By CHRIS AGEE
‘Tis the season to shop, buy and – for some – steal.
In an effort to reduce property crime in the weeks leading up to Christmas, Mineral Wells Police Chief Dean Sullivan released a list of home security suggestions for locals to remember.
Sullivan explained the shopping season gives thieves an opportunity to target homes containing recently purchased gifts.
The first step in protecting one’s property is deterrence, he explained, suggesting residents install motion-activated outdoor lighting to make the home a conspicuous target.
When decorating with Christmas lights, Sullivan said individuals should secure the premises, noting criminals often look for partially open windows through which extension cords might pass. He encouraged the use of solar- or battery-powered lights if outdoor electrical outlets are unavailable.
Sullivan said criminals often use citizens’ trash as an indicator of possible valuables inside. For this reason, he said any discarded boxes for expensive items should not be visible and any trash not recycled should be placed on the curb shortly before collection. Additionally, he stressed the importance of shredding all receipts and personal paperwork before discarding them.
Since a large percentage of burglars enter a residence through windows and unlocked doors, Sullivan said citizens should check for weak spots in all possible entry points and suggested installing deadbolt locks and new window hinges for added security.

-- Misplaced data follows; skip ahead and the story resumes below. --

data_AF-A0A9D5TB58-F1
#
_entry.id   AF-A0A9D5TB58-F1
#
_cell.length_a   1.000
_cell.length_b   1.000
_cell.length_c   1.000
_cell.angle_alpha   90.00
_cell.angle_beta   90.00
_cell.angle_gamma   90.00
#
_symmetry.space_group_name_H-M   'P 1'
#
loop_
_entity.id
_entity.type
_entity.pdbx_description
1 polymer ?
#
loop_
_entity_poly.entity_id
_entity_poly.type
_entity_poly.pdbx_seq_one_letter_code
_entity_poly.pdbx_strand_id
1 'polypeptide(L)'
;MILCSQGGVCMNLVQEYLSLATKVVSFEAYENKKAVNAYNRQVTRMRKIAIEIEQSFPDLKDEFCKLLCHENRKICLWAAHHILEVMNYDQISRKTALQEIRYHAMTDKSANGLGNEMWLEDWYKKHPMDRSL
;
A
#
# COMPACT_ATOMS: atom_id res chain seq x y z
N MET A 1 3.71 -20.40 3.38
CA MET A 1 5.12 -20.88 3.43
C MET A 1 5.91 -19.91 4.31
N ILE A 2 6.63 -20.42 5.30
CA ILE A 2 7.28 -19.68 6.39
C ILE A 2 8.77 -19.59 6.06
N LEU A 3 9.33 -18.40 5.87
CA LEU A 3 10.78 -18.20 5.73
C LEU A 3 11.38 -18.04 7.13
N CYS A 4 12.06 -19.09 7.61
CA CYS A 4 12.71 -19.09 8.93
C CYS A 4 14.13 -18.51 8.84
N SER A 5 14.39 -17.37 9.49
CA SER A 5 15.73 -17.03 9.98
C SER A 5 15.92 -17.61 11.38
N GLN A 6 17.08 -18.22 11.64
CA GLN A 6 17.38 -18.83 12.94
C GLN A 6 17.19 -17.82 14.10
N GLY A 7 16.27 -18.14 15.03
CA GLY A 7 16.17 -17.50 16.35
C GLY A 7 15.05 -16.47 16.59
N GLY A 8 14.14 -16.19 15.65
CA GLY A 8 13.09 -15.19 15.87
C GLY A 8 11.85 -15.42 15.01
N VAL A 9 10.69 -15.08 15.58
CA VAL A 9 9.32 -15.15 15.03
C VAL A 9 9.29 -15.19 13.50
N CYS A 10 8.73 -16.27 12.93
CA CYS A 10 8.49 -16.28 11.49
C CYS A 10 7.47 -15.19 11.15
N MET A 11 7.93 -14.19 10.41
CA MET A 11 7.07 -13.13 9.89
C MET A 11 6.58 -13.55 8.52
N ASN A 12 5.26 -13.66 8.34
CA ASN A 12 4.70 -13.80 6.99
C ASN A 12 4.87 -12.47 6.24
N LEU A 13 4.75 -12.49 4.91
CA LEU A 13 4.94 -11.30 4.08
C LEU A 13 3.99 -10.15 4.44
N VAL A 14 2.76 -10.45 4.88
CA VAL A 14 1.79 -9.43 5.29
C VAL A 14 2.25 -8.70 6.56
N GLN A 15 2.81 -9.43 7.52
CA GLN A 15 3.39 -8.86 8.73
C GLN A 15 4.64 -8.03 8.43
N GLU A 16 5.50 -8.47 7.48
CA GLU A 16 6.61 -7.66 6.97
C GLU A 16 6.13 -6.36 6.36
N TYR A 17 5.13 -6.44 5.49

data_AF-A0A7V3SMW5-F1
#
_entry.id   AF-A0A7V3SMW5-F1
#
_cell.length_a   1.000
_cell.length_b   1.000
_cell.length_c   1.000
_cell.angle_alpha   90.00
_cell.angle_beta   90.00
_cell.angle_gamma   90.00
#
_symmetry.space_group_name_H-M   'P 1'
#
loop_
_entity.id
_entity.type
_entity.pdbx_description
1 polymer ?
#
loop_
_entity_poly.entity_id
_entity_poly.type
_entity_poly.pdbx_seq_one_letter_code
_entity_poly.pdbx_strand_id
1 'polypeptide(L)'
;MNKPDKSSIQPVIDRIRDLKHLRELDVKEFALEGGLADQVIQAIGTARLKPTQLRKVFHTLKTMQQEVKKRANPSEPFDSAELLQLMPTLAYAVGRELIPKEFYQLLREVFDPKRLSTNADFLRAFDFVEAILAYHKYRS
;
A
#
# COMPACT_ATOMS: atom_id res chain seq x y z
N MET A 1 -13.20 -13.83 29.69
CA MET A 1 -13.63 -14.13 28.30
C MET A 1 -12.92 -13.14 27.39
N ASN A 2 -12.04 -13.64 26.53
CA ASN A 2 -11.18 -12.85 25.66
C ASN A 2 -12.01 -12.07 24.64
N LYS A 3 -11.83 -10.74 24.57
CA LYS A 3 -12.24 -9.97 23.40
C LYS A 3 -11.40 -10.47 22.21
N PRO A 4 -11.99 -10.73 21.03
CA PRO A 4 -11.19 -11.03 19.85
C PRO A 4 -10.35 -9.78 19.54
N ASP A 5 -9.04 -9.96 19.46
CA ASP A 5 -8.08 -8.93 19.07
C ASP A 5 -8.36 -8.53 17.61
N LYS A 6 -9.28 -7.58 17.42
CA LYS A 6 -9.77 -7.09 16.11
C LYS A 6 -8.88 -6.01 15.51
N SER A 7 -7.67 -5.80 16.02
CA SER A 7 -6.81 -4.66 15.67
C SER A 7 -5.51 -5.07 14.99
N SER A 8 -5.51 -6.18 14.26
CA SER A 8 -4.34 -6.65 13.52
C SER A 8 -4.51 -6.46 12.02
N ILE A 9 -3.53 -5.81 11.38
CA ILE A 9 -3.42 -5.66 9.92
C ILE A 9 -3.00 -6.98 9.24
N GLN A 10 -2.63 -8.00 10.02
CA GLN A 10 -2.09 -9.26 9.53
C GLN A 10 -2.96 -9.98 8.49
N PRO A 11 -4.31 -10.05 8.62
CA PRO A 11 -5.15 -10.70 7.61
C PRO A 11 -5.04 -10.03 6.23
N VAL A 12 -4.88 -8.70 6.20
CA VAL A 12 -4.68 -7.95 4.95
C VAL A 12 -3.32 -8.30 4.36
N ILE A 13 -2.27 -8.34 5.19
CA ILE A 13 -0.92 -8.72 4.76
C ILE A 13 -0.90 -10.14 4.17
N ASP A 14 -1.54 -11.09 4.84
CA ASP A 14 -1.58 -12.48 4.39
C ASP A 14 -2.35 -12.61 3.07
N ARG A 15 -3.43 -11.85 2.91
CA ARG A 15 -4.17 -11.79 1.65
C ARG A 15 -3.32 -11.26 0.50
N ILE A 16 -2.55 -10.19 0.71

He said garages and sheds are also commonly targeted by thieves and said both should be securely locked.
To ensure the sight of valuables does not entice a would-be thief, he encouraged locals to keep windows covered at night with curtains, drapes or blinds.
When leaving home, Sullivan said several tips can help create the illusion of occupancy and decrease the likelihood of a break-in.
He said anyone away from home for an extended period of time should postpone newspaper delivery. Other tips include arranging for a neighbor to park in the driveway, using light timers and refraining from leaving outgoing messages indicating the home will be vacant.
Burglars often check various places around a home for a spare key, Sullivan said, explaining a safer option for residents is leaving the extra key to a family member or trusted neighbor. Finally, he said, anyone with a residential alarm system should make sure it is set and in proper working order.
Police chief offers several seasonal crime prevention tips
By CHRIS AGEE
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